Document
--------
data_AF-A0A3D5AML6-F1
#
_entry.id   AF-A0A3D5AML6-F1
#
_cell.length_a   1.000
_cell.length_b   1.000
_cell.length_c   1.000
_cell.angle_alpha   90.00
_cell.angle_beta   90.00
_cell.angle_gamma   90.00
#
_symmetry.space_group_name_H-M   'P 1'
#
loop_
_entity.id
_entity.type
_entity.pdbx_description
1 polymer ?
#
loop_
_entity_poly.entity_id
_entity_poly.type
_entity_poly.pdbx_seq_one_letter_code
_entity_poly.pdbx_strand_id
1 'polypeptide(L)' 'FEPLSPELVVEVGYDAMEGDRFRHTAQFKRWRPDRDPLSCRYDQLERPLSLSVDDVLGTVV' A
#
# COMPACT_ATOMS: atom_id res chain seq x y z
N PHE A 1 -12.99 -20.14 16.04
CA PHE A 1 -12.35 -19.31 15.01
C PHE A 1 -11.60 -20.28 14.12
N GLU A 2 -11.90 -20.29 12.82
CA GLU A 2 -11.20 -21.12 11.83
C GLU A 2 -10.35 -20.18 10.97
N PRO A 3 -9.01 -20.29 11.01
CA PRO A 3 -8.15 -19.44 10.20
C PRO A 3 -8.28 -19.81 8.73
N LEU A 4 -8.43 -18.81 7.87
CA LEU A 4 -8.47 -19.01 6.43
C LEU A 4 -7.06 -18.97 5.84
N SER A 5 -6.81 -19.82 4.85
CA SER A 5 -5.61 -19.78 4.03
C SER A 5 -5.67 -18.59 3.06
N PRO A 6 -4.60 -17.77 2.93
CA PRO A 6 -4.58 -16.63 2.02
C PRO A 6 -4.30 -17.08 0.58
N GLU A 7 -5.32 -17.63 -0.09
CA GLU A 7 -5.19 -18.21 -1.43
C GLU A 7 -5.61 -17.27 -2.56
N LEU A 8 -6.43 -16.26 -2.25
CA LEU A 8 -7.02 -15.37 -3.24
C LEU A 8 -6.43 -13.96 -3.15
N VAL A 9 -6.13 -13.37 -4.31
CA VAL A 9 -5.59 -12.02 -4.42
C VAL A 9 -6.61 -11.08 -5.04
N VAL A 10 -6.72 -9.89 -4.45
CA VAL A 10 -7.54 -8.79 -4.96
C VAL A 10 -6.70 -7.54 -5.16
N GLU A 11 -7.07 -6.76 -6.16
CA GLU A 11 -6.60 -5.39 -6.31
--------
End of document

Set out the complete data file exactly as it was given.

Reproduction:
data_AF-A0A3D5AML6-F1
#
_entry.id   AF-A0A3D5AML6-F1
#
_cell.length_a   1.000
_cell.length_b   1.000
_cell.length_c   1.000
_cell.angle_alpha   90.00
_cell.angle_beta   90.00
_cell.angle_gamma   90.00
#
_symmetry.space_group_name_H-M   'P 1'
#
loop_
_entity.id
_entity.type
_entity.pdbx_description
1 polymer ?
#
loop_
_entity_poly.entity_id
_entity_poly.type
_entity_poly.pdbx_seq_one_letter_code
_entity_poly.pdbx_strand_id
1 'polypeptide(L)' 'FEPLSPELVVEVGYDAMEGDRFRHTAQFKRWRPDRDPLSCRYDQLERPLSLSVDDVLGTVV' A
#
# COMPACT_ATOMS: atom_id res chain seq x y z
N PHE A 1 -12.99 -20.14 16.04
CA PHE A 1 -12.35 -19.31 15.01
C PHE A 1 -11.60 -20.28 14.12
N GLU A 2 -11.90 -20.29 12.82
CA GLU A 2 -11.20 -21.12 11.83
C GLU A 2 -10.35 -20.18 10.97
N PRO A 3 -9.01 -20.29 11.01
CA PRO A 3 -8.15 -19.44 10.20
C PRO A 3 -8.28 -19.81 8.73
N LEU A 4 -8.43 -18.81 7.87
CA LEU A 4 -8.47 -19.01 6.43
C LEU A 4 -7.06 -18.97 5.84
N SER A 5 -6.81 -19.82 4.85
CA SER A 5 -5.61 -19.78 4.03
C SER A 5 -5.67 -18.59 3.06
N PRO A 6 -4.60 -17.77 2.93
CA PRO A 6 -4.58 -16.63 2.02
C PRO A 6 -4.30 -17.08 0.58
N GLU A 7 -5.32 -17.63 -0.09
CA GLU A 7 -5.19 -18.21 -1.43
C GLU A 7 -5.61 -17.27 -2.56
N LEU A 8 -6.43 -16.26 -2.25
CA LEU A 8 -7.02 -15.37 -3.24
C LEU A 8 -6.43 -13.96 -3.15
N VAL A 9 -6.13 -13.37 -4.31
CA VAL A 9 -5.59 -12.02 -4.42
C VAL A 9 -6.61 -11.08 -5.04
N VAL A 10 -6.72 -9.89 -4.45
CA VAL A 10 -7.54 -8.79 -4.96
C VAL A 10 -6.70 -7.54 -5.16
N GLU A 11 -7.07 -6.76 -6.16
CA GLU A 11 -6.60 -5.39 -6.31